Carsey: New Voters Make the Granite State One to Watch in November
By Beth Potier, Media Relations
October 15, 2008
A third of potential voters in New Hampshire this fall have only recently become eligible to vote in the state. Further, these potential new voters are more likely to identify with the Democratic Party and less likely to identify as Republicans than are established New Hampshire voters, contributing to the state’s “purple” status. These findings, from the Carsey Institute at UNH, are based on analysis by three experts — in demography, polling, and election registration data — of recently released demographic, polling and voter registration data.
“New Hampshire has one of the most mobile populations in the nation, resulting in significant turnover in the electorate,” says co-author Kenneth Johnson, Carsey Institute senior demographer and professor of sociology, who wrote the report with UNH Survey Center Director Andy Smith and associate professor of political science Dante Scala.
Drawing on recent U.S. Census Bureau and Internal Revenue Service data, the report finds that between 2000 and 2008, 208,000 potential voters moved to New Hampshire – including many from the Boston area. These newcomers, combined with 113,000 young residents reaching their 18th birthdays in the past eight years, represent a significant new electoral force. In a state with only 991,000 potential voters, these 321,000 new voters could play a critical role in the upcoming election.
“These new voters are more likely to identify with the Democratic Party than established New Hampshire voters,” adds Smith, who is also an associate professor of political science. “While our first-in-the-nation primary is long over, New Hampshire is still very much in the national spotlight as a traditionally red state becoming blue.”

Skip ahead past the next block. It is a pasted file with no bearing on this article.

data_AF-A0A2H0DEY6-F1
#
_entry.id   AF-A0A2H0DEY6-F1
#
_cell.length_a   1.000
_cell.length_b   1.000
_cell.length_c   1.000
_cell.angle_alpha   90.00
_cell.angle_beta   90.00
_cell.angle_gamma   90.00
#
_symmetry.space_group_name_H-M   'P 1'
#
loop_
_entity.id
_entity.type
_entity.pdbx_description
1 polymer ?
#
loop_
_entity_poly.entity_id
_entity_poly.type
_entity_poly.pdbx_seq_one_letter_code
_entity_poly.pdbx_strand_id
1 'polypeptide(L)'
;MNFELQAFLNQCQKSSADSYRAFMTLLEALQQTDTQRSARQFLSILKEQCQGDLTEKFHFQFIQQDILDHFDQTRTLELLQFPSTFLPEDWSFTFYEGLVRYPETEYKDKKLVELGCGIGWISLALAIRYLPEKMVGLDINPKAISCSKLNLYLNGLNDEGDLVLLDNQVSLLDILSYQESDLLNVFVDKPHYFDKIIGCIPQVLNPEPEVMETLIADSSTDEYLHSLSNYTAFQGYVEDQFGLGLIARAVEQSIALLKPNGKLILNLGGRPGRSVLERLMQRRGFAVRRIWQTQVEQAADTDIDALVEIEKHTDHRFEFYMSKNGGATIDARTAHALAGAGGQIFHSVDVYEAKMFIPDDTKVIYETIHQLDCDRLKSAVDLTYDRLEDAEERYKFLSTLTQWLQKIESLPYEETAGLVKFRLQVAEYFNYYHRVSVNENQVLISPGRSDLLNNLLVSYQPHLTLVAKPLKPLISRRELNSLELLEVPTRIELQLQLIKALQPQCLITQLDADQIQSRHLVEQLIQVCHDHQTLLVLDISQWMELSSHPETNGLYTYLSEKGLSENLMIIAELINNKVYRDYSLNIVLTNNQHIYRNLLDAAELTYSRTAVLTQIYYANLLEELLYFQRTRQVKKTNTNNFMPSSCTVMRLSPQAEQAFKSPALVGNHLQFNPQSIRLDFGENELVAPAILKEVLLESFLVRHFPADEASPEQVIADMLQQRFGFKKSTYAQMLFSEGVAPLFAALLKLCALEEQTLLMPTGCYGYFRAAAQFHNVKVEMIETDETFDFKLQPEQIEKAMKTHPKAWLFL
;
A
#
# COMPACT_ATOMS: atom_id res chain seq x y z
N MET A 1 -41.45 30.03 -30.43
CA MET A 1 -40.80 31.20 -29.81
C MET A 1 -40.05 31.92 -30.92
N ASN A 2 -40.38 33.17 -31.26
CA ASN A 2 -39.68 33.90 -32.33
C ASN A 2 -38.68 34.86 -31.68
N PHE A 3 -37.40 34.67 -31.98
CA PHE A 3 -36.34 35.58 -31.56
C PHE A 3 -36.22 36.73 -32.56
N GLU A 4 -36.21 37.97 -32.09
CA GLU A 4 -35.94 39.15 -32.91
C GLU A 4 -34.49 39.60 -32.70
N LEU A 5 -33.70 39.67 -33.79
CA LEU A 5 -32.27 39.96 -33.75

Both young voters (53 percent) and migrants (52 percent) are more likely to identify themselves as Democrats than the state’s more established voters (43 percent), according to analysis of the UNH Survey Center’s Granite State Polls.
While preferences of new potential voters have yet to be fully reflected in voter registration data, in general, New Hampshire counties with greater migration gains experienced larger gains in Democratic registrations. Traditionally Republican counties such as Grafton, Carroll, and Belknap saw the most dramatic changes in partisanship; the share of registered Democrats in these counties grew at nearly twice the statewide Democratic growth rate.
“In Carroll and Belknap counties in particular, these rapid gains coincided with many new migrants, suggesting that voter turnover contributed to these Democratic gains,” says Scala, who is also chair of the political science department at UNH. “These two traditional Yankee Republican counties also experienced the second and third largest declines, behind Coos, in Republican registrations.”
To download a copy of the report, go to http://www.carseyinstitute.unh.edu/publications/IB-NHVoter08.pdf.